In this brief, apprenticeships that were started between the beginning of 2015 and the end of 2021 in Philadelphia are discussed. The Registered Apprenticeship Partners Information Database System (RAPIDS) was utilized to organize and analyze apprenticeship data, which is the primary platform for managing apprentices nationally.
Overall, apprenticeships offer strong opportunities to earn high wages in occupations that are currently in high demand. However, despite the high overall average and median exit wages for individuals completing apprenticeships, there is a large wage disparity by gender, and a high number of apprenticeships have been cancelled. These gaps, along with the underrepresentation of non-white individuals and women in apprenticeships, need to be addressed to ensure more equitable opportunities to these high-paying jobs and careers.
Further, breaking down apprenticeship wages shows that unions and labor organizations, as well as occupations that are in traditional industries, offer higher wages than other organization types and nontraditional occupations. This analysis of apprenticeships in Philadelphia can provide important context for career seekers, employers, and policy makers, offering insight into how the local apprenticeship ecosystem might be improved for certain populations and occupations.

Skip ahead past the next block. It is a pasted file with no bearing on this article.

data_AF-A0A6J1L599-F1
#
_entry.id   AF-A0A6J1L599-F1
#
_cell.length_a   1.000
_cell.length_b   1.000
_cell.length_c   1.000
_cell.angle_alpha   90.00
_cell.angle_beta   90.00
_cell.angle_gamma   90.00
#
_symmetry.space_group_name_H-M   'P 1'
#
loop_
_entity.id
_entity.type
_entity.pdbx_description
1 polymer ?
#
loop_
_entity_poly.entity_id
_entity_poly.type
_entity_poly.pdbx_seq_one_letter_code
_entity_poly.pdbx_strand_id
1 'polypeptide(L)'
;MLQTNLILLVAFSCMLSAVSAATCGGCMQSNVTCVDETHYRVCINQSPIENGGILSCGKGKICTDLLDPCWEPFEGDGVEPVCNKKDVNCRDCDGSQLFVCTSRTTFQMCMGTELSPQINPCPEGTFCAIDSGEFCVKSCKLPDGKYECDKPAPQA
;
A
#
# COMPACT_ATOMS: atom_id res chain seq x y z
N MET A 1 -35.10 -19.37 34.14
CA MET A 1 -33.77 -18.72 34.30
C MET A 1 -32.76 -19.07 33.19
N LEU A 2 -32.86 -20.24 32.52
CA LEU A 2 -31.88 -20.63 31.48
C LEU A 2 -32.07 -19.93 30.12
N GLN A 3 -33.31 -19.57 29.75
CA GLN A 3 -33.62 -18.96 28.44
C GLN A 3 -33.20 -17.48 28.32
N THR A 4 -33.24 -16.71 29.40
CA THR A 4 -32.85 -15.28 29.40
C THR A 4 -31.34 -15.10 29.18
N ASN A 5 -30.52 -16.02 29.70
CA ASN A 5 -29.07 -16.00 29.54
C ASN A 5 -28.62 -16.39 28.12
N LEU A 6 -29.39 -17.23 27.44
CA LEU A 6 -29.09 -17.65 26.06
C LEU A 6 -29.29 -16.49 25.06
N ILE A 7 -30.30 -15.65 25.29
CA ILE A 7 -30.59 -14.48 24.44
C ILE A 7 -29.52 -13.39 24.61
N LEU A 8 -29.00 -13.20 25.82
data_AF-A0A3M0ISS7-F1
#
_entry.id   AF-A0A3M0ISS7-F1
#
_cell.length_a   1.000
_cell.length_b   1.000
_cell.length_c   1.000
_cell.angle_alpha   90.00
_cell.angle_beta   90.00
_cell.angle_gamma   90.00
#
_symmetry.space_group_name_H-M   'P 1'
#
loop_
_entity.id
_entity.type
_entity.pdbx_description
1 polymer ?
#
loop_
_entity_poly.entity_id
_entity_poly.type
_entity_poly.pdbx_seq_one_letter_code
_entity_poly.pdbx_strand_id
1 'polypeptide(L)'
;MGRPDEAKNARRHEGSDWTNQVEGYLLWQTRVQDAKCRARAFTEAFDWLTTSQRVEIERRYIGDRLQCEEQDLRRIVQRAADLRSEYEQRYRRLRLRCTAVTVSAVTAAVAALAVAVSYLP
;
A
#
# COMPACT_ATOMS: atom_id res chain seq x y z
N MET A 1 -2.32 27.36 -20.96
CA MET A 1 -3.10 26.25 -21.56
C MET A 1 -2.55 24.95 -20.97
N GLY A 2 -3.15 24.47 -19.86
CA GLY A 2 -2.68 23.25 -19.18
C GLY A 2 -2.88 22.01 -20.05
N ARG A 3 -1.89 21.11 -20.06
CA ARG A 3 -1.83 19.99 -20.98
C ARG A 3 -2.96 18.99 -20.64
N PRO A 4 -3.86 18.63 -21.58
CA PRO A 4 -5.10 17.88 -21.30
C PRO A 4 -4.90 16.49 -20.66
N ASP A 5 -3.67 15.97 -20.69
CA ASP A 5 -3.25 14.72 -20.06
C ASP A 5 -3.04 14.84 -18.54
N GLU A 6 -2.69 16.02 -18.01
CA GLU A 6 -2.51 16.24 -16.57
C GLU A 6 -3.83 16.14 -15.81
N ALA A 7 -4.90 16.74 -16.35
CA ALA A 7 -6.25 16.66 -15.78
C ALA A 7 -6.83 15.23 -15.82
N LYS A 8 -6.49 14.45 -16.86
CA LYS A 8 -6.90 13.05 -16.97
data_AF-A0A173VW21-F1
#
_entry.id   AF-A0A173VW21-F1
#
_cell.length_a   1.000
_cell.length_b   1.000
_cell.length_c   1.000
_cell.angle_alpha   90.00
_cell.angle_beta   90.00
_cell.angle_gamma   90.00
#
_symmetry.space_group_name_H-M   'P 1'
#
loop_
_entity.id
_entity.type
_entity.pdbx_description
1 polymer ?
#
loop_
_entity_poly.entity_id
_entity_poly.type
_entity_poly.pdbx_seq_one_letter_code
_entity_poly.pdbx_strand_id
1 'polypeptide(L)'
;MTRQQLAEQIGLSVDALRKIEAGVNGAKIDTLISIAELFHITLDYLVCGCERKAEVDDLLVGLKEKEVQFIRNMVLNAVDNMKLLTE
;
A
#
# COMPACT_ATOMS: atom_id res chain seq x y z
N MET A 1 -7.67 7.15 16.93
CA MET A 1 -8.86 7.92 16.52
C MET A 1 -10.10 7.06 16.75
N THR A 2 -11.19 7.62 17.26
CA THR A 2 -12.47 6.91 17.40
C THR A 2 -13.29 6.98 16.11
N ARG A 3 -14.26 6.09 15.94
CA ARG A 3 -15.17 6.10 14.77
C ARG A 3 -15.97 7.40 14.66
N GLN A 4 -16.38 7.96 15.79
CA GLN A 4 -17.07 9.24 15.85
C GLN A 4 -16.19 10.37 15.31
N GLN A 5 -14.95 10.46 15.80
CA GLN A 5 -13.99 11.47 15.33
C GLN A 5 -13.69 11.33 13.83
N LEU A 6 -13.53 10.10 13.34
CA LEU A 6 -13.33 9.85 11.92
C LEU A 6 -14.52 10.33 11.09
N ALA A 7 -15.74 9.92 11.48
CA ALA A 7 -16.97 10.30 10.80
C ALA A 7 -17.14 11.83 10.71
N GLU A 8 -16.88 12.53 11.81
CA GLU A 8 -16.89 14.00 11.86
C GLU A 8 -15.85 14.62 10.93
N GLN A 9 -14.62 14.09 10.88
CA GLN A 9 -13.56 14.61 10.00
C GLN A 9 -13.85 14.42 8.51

- Women earn much lower average and median wages. These lower wages are primarily driven by the lower wages of nontraditional occupations, in which women are more likely to participate.
- Women and non-white individuals are underrepresented in apprenticeships. These demographic groups account for larger shares of the Philadelphia labor force than can be found in area apprenticeships.
- Traditional occupations and apprenticeships with unions or labor organizations offer the strongest wages. This should help guide priorities and investment strategies for apprenticeships. Expanded access to these programs could dramatically improve economic outcomes for Philadelphia residents.